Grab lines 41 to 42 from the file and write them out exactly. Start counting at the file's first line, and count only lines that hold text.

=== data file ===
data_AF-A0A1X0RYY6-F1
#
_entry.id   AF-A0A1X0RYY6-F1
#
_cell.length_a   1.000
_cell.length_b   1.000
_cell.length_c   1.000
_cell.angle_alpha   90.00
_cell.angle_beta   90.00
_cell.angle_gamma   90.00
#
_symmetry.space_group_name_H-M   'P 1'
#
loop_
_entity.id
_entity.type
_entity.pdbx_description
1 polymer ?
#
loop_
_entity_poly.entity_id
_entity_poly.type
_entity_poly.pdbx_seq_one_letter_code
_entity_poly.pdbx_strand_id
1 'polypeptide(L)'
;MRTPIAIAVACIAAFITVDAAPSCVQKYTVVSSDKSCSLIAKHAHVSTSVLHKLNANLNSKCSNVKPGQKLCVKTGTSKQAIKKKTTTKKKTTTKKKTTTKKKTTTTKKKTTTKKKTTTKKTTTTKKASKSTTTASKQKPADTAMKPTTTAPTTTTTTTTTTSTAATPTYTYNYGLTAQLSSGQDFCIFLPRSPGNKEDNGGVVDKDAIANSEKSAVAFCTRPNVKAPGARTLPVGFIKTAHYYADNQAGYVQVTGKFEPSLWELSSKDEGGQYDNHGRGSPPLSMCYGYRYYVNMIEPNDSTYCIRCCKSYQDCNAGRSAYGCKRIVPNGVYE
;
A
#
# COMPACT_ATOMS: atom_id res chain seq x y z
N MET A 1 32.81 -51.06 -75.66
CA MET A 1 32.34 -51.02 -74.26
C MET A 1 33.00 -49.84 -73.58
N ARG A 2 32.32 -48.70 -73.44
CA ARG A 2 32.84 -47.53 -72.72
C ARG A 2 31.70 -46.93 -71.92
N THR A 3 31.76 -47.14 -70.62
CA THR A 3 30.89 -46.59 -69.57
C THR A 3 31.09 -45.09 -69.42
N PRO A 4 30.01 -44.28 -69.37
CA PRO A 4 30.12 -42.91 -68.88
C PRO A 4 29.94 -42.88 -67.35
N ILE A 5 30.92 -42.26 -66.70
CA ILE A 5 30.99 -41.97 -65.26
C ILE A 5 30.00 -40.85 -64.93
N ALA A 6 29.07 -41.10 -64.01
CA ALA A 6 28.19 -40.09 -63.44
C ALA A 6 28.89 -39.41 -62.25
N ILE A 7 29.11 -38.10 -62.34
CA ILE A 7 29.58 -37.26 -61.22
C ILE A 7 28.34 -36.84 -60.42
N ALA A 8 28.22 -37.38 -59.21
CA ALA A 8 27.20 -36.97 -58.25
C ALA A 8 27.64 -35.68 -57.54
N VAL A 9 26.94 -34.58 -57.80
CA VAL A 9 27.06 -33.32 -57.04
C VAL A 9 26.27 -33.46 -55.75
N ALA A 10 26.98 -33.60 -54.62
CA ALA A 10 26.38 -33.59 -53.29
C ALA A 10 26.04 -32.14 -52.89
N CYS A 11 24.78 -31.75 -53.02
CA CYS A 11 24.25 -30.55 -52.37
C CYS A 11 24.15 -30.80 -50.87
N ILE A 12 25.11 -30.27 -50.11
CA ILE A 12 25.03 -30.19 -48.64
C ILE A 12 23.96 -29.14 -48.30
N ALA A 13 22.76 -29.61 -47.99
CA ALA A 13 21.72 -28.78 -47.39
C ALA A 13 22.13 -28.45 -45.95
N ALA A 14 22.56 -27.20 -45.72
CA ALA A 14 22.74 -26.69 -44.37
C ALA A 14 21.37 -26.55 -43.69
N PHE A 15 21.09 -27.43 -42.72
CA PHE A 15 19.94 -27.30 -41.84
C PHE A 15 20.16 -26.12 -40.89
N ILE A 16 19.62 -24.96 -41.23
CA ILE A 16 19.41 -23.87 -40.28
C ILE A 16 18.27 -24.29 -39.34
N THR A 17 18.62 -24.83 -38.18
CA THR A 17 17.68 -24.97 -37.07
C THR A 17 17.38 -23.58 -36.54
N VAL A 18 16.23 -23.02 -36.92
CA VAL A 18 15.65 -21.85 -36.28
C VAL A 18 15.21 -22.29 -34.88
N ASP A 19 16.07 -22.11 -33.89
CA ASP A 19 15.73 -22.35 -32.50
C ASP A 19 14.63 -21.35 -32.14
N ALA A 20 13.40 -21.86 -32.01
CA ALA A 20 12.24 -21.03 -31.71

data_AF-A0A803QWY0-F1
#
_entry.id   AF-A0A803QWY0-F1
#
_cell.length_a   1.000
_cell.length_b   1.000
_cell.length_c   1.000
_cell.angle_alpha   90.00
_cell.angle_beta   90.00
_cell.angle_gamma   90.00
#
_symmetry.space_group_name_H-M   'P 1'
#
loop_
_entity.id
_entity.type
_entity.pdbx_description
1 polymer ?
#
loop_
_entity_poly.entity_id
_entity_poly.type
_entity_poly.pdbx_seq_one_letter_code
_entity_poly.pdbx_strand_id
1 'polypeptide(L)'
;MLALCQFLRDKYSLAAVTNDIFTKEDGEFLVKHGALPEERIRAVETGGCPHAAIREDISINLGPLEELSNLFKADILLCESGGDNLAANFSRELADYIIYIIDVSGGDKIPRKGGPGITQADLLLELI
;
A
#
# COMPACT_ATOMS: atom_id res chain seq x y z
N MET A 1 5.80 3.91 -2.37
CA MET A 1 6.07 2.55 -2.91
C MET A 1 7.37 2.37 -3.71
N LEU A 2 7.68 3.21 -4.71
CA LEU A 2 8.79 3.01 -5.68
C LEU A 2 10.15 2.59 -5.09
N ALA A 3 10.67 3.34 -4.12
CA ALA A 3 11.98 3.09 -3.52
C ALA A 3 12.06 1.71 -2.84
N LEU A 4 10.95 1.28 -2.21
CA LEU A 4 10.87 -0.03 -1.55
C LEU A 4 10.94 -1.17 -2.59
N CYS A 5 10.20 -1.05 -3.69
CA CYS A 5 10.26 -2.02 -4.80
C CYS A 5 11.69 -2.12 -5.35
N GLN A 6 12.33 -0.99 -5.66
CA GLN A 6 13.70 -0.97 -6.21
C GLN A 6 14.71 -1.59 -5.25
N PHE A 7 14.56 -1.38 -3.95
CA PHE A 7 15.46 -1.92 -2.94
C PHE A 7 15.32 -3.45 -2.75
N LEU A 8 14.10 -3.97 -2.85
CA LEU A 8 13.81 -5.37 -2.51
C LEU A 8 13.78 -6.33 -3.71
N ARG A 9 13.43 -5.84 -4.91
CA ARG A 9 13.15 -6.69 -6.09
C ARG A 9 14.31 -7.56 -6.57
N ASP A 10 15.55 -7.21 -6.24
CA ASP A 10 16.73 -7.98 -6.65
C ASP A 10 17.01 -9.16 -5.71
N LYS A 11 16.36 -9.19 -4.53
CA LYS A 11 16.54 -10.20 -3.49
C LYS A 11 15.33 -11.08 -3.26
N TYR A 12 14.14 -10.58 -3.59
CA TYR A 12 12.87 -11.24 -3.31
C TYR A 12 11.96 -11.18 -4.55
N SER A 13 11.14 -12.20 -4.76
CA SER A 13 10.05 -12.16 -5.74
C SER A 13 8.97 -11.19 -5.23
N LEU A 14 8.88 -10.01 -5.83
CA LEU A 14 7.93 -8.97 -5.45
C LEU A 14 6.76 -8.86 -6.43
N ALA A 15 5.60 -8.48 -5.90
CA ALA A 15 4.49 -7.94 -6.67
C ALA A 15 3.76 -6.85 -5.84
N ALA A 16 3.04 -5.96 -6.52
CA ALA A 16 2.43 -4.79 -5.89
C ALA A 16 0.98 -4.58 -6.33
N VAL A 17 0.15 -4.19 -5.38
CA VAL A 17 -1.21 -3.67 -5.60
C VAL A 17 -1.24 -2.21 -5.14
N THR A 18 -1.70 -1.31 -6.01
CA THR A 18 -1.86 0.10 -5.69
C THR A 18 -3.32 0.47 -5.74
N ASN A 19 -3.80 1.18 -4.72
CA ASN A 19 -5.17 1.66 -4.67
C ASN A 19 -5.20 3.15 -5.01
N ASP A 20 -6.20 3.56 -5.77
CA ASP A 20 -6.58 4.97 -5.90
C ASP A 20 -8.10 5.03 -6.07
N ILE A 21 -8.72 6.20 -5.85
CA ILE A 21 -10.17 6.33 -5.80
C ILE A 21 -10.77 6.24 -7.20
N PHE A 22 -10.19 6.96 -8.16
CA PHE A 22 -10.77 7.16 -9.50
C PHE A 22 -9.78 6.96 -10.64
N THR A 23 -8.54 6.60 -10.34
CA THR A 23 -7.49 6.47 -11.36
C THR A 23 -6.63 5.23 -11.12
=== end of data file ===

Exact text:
CA PRO A 4 30.12 -42.91 -68.88
C PRO A 4 29.94 -42.88 -67.35